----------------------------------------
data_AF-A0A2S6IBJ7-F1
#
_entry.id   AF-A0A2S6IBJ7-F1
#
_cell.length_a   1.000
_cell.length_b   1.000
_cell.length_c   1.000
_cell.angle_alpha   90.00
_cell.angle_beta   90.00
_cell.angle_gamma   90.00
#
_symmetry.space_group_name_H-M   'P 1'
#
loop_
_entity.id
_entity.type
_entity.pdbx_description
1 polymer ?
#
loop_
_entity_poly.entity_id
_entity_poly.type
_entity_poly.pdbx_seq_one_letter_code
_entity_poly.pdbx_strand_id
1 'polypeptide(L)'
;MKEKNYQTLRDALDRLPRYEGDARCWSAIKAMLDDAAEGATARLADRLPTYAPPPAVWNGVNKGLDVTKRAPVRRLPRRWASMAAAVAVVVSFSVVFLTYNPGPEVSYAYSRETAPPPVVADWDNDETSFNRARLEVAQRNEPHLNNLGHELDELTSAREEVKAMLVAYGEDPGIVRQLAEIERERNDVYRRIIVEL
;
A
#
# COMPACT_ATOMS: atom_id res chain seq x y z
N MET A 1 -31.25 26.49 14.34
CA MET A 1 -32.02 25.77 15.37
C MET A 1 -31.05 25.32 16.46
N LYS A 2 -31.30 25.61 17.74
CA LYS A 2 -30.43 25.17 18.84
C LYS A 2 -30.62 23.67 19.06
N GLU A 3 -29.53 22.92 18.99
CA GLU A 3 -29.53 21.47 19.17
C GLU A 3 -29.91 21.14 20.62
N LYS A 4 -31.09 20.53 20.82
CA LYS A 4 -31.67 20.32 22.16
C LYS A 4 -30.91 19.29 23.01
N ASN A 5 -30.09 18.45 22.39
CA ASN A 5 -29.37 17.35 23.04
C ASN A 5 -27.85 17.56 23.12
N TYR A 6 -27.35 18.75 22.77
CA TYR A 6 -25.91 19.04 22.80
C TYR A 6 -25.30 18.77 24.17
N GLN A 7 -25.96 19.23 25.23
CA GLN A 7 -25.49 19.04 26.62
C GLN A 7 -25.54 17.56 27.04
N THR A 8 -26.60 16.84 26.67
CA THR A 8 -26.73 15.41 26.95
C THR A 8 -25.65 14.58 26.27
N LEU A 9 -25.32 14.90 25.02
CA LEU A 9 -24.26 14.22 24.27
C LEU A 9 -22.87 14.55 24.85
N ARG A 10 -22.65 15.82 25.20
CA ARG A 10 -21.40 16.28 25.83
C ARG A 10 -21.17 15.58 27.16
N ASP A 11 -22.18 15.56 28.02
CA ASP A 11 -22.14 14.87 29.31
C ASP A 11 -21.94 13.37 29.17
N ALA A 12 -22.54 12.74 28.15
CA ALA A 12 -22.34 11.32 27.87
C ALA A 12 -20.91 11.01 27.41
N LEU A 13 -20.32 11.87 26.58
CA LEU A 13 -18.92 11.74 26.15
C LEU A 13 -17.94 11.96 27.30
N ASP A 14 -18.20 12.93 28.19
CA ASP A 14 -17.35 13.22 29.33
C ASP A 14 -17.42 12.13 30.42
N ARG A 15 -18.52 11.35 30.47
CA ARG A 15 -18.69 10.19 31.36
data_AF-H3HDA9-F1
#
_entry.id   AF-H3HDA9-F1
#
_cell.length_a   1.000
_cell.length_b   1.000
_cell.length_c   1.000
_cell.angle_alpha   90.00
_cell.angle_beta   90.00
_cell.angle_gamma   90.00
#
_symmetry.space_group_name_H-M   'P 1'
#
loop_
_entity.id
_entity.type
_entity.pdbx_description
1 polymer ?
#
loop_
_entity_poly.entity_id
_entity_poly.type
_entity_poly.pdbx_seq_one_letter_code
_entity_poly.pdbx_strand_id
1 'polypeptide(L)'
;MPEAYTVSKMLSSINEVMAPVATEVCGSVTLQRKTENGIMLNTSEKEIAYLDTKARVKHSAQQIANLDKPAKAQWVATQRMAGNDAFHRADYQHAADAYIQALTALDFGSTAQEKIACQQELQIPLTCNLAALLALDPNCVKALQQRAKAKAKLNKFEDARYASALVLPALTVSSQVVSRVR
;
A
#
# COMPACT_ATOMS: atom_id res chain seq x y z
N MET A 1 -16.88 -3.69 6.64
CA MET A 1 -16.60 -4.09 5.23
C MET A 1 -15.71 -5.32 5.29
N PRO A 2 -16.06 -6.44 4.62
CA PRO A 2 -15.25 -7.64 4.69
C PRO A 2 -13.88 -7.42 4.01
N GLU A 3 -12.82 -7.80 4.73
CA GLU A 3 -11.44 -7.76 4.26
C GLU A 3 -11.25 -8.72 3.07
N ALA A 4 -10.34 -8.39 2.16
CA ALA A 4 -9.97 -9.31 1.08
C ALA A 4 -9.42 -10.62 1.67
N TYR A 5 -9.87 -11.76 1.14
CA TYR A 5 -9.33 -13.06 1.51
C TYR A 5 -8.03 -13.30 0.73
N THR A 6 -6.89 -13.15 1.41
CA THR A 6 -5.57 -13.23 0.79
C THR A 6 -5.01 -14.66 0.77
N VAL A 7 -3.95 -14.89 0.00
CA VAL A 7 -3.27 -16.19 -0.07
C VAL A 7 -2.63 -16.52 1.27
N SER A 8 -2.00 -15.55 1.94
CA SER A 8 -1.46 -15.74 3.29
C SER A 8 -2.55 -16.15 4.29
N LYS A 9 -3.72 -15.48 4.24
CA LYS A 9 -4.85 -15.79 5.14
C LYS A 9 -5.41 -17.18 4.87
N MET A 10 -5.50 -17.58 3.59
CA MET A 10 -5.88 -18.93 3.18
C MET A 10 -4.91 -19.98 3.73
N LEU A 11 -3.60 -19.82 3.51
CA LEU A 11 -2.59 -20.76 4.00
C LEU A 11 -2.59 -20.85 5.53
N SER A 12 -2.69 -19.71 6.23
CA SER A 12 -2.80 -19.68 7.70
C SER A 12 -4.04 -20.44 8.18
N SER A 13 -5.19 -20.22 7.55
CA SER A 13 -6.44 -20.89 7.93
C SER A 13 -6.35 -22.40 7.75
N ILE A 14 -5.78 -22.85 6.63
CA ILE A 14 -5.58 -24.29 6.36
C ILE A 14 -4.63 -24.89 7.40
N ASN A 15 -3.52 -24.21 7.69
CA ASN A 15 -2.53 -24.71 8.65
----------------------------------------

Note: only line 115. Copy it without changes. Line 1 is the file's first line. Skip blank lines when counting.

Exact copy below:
CA ALA A 4 -9.97 -9.31 1.08